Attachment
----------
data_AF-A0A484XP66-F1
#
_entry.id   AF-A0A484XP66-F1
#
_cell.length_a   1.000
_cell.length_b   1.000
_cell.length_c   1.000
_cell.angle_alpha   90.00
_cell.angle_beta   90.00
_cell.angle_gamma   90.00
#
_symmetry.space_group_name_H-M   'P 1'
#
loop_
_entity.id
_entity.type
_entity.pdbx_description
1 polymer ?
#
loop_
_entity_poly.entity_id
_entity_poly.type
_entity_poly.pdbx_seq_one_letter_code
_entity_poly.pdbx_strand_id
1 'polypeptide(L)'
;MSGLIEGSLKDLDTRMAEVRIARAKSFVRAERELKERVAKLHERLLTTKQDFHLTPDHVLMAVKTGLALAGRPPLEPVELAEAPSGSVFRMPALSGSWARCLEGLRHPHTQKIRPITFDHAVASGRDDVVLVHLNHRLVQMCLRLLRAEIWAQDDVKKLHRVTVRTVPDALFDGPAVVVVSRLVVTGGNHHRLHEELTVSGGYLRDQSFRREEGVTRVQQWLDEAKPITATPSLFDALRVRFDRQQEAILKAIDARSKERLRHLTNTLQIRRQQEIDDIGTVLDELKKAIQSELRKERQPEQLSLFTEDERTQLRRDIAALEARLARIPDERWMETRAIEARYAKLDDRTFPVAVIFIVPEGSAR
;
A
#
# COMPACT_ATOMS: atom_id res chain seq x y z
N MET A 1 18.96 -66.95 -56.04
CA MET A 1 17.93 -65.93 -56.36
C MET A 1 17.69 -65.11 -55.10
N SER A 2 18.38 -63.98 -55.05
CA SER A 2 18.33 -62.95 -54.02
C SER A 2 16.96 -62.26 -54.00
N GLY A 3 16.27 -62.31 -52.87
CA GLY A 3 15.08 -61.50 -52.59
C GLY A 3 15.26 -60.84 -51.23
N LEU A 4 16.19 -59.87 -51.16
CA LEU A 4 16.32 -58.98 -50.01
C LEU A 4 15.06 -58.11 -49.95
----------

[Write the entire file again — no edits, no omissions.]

data_AF-A0A484XP66-F1
#
_entry.id   AF-A0A484XP66-F1
#
_cell.length_a   1.000
_cell.length_b   1.000
_cell.length_c   1.000
_cell.angle_alpha   90.00
_cell.angle_beta   90.00
_cell.angle_gamma   90.00
#
_symmetry.space_group_name_H-M   'P 1'
#
loop_
_entity.id
_entity.type
_entity.pdbx_description
1 polymer ?
#
loop_
_entity_poly.entity_id
_entity_poly.type
_entity_poly.pdbx_seq_one_letter_code
_entity_poly.pdbx_strand_id
1 'polypeptide(L)'
;MSGLIEGSLKDLDTRMAEVRIARAKSFVRAERELKERVAKLHERLLTTKQDFHLTPDHVLMAVKTGLALAGRPPLEPVELAEAPSGSVFRMPALSGSWARCLEGLRHPHTQKIRPITFDHAVASGRDDVVLVHLNHRLVQMCLRLLRAEIWAQDDVKKLHRVTVRTVPDALFDGPAVVVVSRLVVTGGNHHRLHEELTVSGGYLRDQSFRREEGVTRVQQWLDEAKPITATPSLFDALRVRFDRQQEAILKAIDARSKERLRHLTNTLQIRRQQEIDDIGTVLDELKKAIQSELRKERQPEQLSLFTEDERTQLRRDIAALEARLARIPDERWMETRAIEARYAKLDDRTFPVAVIFIVPEGSAR
;
A
#
# COMPACT_ATOMS: atom_id res chain seq x y z
N MET A 1 18.96 -66.95 -56.04
CA MET A 1 17.93 -65.93 -56.36
C MET A 1 17.69 -65.11 -55.10
N SER A 2 18.38 -63.98 -55.05
CA SER A 2 18.33 -62.95 -54.02
C SER A 2 16.96 -62.26 -54.00
N GLY A 3 16.27 -62.31 -52.87
CA GLY A 3 15.08 -61.50 -52.59
C GLY A 3 15.26 -60.84 -51.23
N LEU A 4 16.19 -59.87 -51.16
CA LEU A 4 16.32 -58.98 -50.01
C LEU A 4 15.06 -58.11 -49.95